Winter Weather…Gone Wild


 

I absolutely love weather. One reason is because weather tends to be as quirky as I am. While I have to say fall is my favorite season, winter comes in as a close second. It is unpredictable, frustrating, and sometimes utterly beautiful. It can also be a time where some of Mother Nature’s biggest tricks are played.

SNOW ROLLERS

Imagine a bale of hay made of snow and then you will have a clear picture of a snow roller. Snow rollers made an appearance in the Midwest last winter for the first time in over 10 years in some areas. They are simply snow balls which roll across the land and grow layer by layer, but instead of creating a solid ball, they are hollow like tubes.
Snow rollers happen when there is a cold, solid pack of snow on the ground and then a wet, fresh snow falls on top of it. Combine this with cold temperatures and a stiff wind and you will likely see some snow rollers.
In our area, some people described the snow rollers as Swiss rolls or doughnuts of snow. Whatever you call them it is very cool to see a whole field of the snow balls.

THUNDERSNOW

Growing up in mid-Michigan, we were often hit with intense periods of lake-effect snow. The snow would come in fast and easily drop an inch or two of snow per hour – and sometimes would produce thunder and lightning.
Thundersnow is a winter thunderstorm which has the same components as a normal thunderstorm, only instead of rain falling, you have snow. It is most common during lake-effect snow events but can occur anywhere.
One interesting aspect of thundersnow is the snow changes the acoustics of the thunder. In a typical thunderstorm situation, you can hear thunder several miles away. With thundersnow, the snow only allows for thunder to be heard within two to three miles of the lightning. From my experience, this makes for very loud thunder.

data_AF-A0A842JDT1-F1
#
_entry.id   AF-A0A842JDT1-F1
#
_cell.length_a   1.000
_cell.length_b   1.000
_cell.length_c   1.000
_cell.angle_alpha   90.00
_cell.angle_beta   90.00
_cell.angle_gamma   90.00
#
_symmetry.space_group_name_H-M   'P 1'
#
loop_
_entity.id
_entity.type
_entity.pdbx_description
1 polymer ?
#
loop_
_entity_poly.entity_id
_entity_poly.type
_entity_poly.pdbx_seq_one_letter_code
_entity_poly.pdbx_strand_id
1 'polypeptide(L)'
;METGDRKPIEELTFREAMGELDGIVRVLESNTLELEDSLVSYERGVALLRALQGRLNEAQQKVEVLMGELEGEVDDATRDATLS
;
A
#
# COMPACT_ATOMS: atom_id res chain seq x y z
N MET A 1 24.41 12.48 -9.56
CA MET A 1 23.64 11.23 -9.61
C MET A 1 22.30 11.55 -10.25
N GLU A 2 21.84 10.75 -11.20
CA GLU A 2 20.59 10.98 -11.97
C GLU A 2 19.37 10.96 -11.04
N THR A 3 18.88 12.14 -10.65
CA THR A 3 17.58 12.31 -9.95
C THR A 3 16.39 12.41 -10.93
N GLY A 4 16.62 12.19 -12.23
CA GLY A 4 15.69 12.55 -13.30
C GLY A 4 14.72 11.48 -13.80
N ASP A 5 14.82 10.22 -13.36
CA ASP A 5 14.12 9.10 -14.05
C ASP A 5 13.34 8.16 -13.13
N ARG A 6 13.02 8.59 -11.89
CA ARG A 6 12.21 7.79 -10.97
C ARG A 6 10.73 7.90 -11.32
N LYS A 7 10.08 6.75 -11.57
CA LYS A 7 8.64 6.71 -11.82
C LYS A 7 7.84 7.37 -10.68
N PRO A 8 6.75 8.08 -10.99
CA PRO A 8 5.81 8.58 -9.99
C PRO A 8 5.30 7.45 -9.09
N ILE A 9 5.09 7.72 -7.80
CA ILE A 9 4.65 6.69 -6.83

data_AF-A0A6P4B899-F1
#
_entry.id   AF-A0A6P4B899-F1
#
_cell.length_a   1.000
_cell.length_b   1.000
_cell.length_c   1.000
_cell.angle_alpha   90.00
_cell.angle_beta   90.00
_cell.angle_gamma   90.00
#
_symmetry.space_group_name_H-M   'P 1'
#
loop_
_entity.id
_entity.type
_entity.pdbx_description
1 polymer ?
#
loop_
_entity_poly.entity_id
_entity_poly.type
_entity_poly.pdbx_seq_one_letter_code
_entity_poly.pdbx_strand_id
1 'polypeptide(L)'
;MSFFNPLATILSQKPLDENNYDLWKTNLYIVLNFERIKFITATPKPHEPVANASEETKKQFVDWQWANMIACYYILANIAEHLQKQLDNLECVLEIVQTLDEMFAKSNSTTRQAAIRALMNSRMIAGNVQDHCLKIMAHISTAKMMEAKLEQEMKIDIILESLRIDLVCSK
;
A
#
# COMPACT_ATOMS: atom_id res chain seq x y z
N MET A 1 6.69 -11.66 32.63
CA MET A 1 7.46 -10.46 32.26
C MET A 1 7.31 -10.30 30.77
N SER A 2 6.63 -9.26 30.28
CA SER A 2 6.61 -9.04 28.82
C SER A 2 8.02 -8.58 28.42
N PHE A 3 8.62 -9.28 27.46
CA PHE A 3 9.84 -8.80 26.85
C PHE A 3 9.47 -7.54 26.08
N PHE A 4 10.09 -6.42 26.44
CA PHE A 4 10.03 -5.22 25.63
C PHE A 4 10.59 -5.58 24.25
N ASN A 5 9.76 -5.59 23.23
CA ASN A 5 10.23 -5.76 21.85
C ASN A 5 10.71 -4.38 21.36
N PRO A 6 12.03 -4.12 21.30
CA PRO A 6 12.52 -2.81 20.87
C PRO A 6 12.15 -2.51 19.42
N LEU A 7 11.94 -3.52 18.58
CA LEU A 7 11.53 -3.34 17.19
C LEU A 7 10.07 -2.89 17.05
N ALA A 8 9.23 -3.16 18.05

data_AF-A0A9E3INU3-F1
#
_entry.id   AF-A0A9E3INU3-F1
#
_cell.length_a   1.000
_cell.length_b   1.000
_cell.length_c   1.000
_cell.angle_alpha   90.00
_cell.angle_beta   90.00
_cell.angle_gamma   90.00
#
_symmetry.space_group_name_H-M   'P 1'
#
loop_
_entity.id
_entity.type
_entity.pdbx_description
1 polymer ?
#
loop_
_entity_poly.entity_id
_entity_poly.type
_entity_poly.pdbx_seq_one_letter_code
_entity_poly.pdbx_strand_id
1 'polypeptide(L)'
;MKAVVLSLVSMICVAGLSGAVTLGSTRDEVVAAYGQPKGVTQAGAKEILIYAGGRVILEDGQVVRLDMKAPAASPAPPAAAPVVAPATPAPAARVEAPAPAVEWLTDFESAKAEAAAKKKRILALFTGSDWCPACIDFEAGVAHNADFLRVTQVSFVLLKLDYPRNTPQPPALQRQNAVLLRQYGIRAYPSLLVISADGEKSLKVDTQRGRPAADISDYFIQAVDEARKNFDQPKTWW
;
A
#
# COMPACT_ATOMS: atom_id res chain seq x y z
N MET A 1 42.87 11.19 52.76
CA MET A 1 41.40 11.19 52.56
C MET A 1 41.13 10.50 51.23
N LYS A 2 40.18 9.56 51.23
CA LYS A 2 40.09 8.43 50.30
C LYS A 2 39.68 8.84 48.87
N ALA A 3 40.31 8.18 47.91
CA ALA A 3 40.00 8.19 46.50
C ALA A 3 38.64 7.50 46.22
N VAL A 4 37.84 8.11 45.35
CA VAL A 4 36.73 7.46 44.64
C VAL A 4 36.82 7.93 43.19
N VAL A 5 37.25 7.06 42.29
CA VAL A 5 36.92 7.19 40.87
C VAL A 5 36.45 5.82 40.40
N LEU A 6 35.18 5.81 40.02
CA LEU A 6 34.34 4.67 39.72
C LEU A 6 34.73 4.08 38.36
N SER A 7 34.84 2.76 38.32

ICE SHOVES


Ice shoves, also known as ivu or shoreline ice pileups, occurs when strong winds and temperature changes allow for large sections of ice to be moved by lake or ocean currents. These shoves can pile ice up to 40 feet high and are loud like thunder or a train.
Ice shoves are more often heard of around the Great Lakes, but have also been reported in Canada. They can produce significant damage to homes, trees, and other structures.

HOAR FROST


Frost is defined by many as the deposit of ice crystals which is formed when water vapor is condensed at a temperature below freezing. If the temperatures were above freezing, the ground and vegetation would be covered in dew.
Hoar frost is one of several types of frost. It refers to the interlocking arrangement of white ice crystals which are deposited loosely on the ground and any other exposed object. Most people think it is simply frozen dew, but it is actually the result of the direct sublimation of gaseous water which later changes to the ice crystals we see.

FROST FLOWERS


Frost flowers, or ice blossoms, are frost pillars or columns which are made of thin layers of ice extruding from long-stemmed plants in autumn or early winter. They often form into delicate patterns which curl into “petals” resembling flowers.
The frost flowers are formed when there is freezing weather conditions, but the ground is not already frozen. The sap in the stem of the plants expands which causes the long, thin cracks to form along the stem. Water vapor is drawn into the cracks and freezes upon contact with the air.

Suzi House
Suzi House

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